"The reason I got into this game, I wanted to buy a little house, a little store and be happy . . ." -- Larry Homes
Larry Holmes has his house and his store, but they are not little. He has plenty more: a new Rolls Royce, a bar, an office building and a restaurant. Most of the time he even has his happiness.
"I named my businesses after my kids," Holmes said. "I just wanted to leave something behind for them."
Holmes is the undeafed World Boxing Council heavyweight champion and by almost all assessments that oddest of oddities in big-time sports: a nice guy.
His year-old daughter Kandy came into the dressing room the other day. Her father was talking in his gentle lisp, sweatly after a workout, tired from preparations for his nationally televised title defense Friday against Leon Spinks (WJLA-TV-7, 9 p.m.).
"Hiya, fatty," Holmes said, brightening. "This is my goal," he told the assembled reporters, hoisting the little girl in his huge arms. "This is what I'm working for."
Holmes, a 4-to-1 favorite against Spinks, would be the first to say that he has everything he wants. He will say he entered the fight business for money, that he never expected to make anywhere near as much as he has, that he thinks all the time about retiring, that he is content in his Easton, Pa., home and wishes only to spend more time there.
But Holmes is haunted by his own inability to capture the world's approval, haunted by the fact that even today people occasionally call him Ernie or simply draw a blank when he says, "I'm Larry Holmes."
He has been the champ for three years and this will be his 10th title defense. He is 37-0 as a professional. He has taken on all the appropriate comers, including Muhammand Ali, WBA champion Mike Weaver, Ken Norton, Earnie Shavers and, now, former champion Spinks.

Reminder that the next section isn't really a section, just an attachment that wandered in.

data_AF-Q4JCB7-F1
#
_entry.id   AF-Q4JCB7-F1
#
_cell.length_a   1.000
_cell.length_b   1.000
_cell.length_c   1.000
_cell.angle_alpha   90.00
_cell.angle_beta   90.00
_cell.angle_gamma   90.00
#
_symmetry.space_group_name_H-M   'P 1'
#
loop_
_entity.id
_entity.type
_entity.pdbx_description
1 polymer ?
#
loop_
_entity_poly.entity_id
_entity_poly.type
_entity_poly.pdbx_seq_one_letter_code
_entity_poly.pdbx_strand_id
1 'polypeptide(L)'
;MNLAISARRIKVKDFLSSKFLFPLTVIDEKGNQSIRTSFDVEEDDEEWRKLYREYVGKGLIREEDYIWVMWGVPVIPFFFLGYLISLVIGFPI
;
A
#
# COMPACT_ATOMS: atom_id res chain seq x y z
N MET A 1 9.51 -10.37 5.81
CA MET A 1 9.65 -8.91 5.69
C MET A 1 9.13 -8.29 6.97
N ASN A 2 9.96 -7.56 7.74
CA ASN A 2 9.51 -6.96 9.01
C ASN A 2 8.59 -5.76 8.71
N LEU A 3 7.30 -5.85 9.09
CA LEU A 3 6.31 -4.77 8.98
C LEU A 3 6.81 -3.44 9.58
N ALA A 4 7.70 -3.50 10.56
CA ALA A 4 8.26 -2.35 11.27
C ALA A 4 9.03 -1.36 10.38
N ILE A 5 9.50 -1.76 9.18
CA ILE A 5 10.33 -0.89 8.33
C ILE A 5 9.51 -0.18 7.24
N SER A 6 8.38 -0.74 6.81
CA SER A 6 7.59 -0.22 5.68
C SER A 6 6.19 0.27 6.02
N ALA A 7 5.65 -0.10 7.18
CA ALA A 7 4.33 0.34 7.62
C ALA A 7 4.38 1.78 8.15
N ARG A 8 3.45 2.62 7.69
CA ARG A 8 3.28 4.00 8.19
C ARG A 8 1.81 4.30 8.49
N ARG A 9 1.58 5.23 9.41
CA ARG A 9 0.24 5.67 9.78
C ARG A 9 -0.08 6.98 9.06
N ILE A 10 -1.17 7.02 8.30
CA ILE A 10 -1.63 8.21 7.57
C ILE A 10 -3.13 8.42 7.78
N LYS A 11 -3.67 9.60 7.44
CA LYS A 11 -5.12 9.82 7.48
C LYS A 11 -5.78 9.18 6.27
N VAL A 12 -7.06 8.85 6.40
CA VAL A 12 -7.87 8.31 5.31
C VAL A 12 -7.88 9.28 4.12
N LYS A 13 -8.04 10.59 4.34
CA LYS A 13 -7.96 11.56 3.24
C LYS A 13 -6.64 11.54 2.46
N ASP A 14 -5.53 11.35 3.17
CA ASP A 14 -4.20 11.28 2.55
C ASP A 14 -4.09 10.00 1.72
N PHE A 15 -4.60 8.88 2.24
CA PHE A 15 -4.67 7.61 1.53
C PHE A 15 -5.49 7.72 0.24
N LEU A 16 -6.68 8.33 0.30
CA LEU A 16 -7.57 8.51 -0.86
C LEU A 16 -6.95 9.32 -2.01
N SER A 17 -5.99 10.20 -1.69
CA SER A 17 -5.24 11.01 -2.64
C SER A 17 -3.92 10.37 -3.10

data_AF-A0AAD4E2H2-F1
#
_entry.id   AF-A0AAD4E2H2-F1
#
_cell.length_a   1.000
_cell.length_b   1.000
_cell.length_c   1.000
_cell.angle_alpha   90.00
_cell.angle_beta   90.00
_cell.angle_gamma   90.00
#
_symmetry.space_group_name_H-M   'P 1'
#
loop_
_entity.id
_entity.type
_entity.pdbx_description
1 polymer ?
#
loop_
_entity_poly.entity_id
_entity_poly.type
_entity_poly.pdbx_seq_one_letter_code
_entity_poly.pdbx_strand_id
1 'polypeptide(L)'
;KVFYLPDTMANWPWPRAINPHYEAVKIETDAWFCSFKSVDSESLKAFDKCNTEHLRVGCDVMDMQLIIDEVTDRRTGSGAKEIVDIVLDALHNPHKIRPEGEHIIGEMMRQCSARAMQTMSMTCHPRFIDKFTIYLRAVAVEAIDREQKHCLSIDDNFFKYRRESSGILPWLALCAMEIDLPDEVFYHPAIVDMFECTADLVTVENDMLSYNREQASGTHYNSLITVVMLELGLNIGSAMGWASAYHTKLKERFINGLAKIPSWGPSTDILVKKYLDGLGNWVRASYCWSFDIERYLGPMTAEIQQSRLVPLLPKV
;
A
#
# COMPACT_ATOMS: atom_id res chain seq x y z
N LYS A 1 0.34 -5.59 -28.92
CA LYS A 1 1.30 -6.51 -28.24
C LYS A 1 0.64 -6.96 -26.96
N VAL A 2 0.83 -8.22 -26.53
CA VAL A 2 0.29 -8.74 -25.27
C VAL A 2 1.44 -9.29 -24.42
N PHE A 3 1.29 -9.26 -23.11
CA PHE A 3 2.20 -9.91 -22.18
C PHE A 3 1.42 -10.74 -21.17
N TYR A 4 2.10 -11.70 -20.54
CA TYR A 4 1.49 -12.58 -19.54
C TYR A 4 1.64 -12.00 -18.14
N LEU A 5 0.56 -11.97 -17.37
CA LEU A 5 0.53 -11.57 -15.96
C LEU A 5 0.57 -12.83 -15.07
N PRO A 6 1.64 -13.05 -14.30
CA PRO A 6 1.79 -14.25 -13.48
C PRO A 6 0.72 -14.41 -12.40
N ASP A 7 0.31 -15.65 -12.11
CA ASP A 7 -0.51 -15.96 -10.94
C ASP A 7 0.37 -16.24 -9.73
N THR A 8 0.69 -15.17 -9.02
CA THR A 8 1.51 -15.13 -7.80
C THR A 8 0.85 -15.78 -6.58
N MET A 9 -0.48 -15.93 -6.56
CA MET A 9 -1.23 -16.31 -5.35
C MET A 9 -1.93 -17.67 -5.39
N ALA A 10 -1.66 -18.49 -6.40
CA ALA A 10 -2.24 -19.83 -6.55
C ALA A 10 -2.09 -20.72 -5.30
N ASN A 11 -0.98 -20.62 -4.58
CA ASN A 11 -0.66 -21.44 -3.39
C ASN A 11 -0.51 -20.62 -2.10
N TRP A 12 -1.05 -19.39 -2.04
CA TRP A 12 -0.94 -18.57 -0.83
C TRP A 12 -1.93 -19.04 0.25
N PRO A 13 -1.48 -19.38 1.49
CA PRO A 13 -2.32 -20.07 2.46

Still, the world remembers him best for the way the washed-up Ali used to roll his name over and over before they fought for the title last October. "I want Hoooooolmes, I want Hoooooolmes," Ali said to the television throngs. "I need Hoooooolmes."
"Is Holmes, 31, trapped? "Sure, I feel trapped," he said. "To some I have proved myself and to some others I didn't. I would hate to go out with them still talking about me.
"If I retired now they would say, 'He ducked Spinks.' And after that they'd say, 'He ducked (Gerry) Cooney.' And if I beat Cooney they'd say I ducked (Michael) Dokes or (Greg) Page," who are the cream of the rising heavyweights.
"I don't need all the money in the world. I need my senses. I'll never be a Howard Hughes or an Elvis or a John Wayne. What I want is what I'm getting."
Of Spinks, he said, "He's made for me.
"He's like a Shavers or a (Joe) Frazier. He's going to come at me. All I have to do is move slow and let him come into the power. When he comes running in there, he'll hit the force of the power."
Holmes' power is a long left jab that packs thunder.
The champion's new trainer is the venerable Eddie Futch, a 69-year-old great-grandfather who trained Frazier and Norton. Futch calls Holmes' left jab "one of the best solid lefts, and very, very quick. Larry once even scored a knockdown with his left jab, against (Osvaldo) Ocasio."